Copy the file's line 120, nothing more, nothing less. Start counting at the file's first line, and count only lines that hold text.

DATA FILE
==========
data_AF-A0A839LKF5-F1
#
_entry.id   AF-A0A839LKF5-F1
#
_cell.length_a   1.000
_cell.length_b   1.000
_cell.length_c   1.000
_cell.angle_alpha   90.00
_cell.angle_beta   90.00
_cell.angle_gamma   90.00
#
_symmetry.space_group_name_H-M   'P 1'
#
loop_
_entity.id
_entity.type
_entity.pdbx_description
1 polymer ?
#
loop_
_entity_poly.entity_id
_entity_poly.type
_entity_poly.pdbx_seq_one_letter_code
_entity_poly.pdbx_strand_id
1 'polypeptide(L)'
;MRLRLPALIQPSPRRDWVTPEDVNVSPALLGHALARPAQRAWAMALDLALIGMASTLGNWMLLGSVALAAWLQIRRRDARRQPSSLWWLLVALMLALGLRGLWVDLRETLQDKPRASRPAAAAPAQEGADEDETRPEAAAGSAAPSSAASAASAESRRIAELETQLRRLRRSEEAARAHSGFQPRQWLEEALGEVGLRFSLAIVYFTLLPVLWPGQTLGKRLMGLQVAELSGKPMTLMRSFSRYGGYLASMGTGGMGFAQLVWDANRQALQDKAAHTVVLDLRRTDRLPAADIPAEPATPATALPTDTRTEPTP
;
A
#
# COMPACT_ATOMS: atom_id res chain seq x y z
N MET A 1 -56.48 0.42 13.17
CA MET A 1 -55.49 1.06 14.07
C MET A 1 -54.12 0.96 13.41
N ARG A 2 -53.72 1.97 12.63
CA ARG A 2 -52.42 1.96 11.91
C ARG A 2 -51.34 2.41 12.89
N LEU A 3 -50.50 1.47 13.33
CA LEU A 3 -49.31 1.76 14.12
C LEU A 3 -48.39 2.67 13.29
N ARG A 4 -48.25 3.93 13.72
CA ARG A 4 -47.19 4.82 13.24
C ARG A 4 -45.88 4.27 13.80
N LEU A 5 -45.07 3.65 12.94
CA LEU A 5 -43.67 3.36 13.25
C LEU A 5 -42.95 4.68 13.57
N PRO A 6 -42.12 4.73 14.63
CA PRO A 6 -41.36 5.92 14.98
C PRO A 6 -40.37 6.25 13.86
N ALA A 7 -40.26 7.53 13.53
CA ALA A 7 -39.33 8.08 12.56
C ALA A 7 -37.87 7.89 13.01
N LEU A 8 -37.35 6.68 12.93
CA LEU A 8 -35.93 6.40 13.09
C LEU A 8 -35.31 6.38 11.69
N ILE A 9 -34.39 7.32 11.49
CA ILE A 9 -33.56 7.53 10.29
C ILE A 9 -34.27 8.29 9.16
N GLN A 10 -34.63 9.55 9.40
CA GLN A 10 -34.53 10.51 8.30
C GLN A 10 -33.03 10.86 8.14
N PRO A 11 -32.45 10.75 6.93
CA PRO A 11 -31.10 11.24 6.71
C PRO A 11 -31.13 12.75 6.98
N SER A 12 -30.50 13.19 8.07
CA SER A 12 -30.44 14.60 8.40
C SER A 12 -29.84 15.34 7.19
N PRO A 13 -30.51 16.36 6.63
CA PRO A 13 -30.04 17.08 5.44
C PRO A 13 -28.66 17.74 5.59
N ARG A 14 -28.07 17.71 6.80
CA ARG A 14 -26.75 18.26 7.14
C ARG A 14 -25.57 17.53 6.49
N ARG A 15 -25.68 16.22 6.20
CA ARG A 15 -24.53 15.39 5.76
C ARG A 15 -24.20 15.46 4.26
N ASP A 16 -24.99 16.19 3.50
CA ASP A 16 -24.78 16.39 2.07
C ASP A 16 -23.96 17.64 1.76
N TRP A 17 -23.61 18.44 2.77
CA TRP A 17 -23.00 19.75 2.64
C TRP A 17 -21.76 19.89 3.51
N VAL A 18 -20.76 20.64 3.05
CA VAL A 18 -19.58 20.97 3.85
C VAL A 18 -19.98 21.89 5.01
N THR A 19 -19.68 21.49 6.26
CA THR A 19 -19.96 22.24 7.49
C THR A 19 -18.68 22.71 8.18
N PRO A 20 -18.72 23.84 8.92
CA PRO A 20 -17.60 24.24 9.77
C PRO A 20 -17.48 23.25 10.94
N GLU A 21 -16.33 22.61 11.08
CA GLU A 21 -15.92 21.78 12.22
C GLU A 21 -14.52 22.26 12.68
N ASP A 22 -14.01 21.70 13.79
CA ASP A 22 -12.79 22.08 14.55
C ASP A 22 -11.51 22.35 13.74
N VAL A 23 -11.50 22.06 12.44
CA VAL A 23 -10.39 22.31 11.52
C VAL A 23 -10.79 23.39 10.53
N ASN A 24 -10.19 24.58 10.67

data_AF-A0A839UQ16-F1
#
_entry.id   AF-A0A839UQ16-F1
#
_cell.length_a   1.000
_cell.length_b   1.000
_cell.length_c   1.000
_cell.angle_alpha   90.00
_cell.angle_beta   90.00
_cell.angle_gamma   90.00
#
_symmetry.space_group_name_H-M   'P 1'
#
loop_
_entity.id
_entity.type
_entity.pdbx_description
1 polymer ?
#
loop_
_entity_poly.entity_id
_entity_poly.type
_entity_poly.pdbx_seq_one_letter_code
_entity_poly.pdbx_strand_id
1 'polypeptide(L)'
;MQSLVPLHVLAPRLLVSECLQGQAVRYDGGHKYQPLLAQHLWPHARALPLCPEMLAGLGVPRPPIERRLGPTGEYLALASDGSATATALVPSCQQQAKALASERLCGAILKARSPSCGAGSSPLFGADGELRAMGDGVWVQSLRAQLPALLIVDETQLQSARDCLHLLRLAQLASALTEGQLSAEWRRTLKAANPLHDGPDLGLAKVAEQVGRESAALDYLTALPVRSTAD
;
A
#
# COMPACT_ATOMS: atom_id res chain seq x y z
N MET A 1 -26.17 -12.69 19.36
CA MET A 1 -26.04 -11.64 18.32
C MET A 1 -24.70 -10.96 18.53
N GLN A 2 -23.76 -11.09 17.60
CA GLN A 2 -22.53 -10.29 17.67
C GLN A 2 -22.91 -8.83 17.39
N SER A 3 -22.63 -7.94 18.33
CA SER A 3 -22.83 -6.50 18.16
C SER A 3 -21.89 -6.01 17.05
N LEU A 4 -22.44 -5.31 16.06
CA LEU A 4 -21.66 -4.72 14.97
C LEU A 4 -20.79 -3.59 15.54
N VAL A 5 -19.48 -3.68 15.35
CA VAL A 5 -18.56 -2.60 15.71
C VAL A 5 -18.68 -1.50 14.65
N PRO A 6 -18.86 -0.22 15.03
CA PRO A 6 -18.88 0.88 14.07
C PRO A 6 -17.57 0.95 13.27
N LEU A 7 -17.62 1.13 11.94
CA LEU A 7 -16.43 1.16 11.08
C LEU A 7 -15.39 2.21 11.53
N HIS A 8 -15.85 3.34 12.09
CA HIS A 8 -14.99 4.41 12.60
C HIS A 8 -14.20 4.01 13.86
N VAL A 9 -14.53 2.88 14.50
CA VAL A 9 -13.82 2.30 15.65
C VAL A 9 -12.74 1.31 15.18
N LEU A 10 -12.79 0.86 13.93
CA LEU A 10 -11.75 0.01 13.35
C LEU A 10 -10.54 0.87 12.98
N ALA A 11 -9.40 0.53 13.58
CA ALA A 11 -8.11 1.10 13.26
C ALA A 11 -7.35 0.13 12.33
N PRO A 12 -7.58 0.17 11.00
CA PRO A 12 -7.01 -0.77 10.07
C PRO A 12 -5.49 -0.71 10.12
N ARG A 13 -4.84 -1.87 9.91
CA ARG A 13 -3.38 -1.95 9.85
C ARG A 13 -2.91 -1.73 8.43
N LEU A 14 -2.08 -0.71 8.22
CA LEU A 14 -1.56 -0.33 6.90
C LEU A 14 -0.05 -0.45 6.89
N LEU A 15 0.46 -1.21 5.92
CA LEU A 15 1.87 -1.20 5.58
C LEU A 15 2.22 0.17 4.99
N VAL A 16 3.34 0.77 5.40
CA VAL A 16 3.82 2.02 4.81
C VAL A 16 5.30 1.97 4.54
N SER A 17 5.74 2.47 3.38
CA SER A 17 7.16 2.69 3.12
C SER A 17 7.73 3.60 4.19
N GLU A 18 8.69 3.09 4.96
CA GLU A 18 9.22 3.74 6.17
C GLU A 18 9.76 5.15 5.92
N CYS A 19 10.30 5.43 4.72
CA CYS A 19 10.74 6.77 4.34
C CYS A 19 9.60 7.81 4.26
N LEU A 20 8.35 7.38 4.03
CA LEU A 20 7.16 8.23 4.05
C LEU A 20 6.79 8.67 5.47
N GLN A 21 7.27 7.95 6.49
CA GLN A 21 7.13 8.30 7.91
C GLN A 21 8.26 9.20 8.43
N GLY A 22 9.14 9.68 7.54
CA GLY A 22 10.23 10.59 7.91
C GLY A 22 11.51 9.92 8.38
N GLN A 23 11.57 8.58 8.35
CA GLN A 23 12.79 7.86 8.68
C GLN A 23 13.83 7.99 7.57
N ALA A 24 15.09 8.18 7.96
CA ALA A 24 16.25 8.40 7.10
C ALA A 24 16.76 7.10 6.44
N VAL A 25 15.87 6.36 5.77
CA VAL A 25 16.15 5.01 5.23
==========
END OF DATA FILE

loop_